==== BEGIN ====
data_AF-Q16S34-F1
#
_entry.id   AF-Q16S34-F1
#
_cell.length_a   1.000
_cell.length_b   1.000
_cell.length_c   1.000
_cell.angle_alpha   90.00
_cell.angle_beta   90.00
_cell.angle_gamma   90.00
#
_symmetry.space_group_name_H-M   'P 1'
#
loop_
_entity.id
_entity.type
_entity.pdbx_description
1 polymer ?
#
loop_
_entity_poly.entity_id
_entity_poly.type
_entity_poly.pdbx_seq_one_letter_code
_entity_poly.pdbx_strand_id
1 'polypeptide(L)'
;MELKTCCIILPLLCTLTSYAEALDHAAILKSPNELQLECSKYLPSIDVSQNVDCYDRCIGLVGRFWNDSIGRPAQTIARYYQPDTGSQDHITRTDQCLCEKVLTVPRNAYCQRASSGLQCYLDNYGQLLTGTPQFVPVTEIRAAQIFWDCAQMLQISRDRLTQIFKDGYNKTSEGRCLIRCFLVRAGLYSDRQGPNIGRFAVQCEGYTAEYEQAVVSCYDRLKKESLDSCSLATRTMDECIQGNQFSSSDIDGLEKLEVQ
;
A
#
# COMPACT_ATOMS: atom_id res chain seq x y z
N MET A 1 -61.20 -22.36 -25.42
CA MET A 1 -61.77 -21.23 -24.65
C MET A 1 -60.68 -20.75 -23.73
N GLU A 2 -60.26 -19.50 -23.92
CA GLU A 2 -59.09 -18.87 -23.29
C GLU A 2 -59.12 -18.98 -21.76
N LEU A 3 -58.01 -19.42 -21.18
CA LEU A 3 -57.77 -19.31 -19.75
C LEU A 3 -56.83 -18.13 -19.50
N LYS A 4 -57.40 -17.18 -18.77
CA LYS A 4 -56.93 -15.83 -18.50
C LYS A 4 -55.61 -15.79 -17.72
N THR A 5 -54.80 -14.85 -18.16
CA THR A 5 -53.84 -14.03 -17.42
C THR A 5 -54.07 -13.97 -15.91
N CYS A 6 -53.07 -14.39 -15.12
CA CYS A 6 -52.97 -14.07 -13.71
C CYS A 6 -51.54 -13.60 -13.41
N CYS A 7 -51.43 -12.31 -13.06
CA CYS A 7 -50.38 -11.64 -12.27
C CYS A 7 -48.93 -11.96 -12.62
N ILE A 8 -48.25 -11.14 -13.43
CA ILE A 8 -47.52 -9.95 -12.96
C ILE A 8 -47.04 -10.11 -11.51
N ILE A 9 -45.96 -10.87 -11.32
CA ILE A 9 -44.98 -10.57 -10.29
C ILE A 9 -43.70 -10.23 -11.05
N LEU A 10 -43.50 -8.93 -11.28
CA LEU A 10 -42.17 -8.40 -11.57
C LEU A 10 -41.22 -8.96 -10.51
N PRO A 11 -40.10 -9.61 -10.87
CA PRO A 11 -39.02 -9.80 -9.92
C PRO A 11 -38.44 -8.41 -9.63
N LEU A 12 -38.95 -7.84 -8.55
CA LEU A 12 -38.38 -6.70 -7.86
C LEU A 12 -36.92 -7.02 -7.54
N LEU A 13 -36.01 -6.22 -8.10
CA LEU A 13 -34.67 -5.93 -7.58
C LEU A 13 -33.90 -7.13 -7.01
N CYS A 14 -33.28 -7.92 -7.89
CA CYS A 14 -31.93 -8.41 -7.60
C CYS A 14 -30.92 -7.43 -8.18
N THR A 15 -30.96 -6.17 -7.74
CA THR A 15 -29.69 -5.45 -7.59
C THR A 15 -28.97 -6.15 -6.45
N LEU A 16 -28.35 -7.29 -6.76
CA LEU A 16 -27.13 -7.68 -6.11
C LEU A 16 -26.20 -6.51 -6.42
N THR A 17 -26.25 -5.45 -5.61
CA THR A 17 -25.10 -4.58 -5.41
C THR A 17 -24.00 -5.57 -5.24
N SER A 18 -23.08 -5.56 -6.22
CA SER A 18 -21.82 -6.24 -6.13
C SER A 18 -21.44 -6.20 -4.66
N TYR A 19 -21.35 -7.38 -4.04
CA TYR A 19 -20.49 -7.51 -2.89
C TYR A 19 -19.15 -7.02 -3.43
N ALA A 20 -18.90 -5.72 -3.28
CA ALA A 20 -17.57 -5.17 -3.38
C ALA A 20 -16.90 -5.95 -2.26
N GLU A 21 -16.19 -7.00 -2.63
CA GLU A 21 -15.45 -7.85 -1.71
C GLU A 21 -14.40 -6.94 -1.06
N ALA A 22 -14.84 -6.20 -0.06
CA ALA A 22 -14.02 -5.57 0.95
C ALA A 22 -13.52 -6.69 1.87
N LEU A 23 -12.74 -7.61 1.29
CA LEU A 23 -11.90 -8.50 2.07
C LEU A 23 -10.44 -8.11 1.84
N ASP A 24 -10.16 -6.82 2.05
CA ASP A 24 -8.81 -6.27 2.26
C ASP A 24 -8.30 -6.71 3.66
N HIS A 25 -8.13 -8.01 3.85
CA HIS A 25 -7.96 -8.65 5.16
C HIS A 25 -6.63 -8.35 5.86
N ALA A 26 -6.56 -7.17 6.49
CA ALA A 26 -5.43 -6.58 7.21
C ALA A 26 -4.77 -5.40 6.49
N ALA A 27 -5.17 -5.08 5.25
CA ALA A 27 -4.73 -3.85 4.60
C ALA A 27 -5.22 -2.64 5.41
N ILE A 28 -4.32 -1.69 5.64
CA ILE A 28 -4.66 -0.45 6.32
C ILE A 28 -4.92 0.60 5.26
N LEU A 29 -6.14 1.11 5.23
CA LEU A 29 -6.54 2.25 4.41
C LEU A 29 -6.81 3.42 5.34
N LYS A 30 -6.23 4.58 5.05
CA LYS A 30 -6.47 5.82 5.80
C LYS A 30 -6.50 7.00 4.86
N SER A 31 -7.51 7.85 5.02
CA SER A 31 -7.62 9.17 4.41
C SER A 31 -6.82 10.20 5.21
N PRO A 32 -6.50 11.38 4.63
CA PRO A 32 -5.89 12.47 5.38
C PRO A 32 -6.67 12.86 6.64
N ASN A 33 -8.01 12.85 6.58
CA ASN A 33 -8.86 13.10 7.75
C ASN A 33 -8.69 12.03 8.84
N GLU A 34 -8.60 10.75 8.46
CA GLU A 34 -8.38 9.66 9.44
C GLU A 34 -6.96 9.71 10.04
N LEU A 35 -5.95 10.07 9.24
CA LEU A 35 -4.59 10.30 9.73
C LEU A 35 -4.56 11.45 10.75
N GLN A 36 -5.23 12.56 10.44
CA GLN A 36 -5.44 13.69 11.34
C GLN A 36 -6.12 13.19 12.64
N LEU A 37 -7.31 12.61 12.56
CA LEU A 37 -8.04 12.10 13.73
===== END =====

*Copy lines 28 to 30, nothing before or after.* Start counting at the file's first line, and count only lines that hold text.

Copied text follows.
A
#
# COMPACT_ATOMS: atom_id res chain seq x y z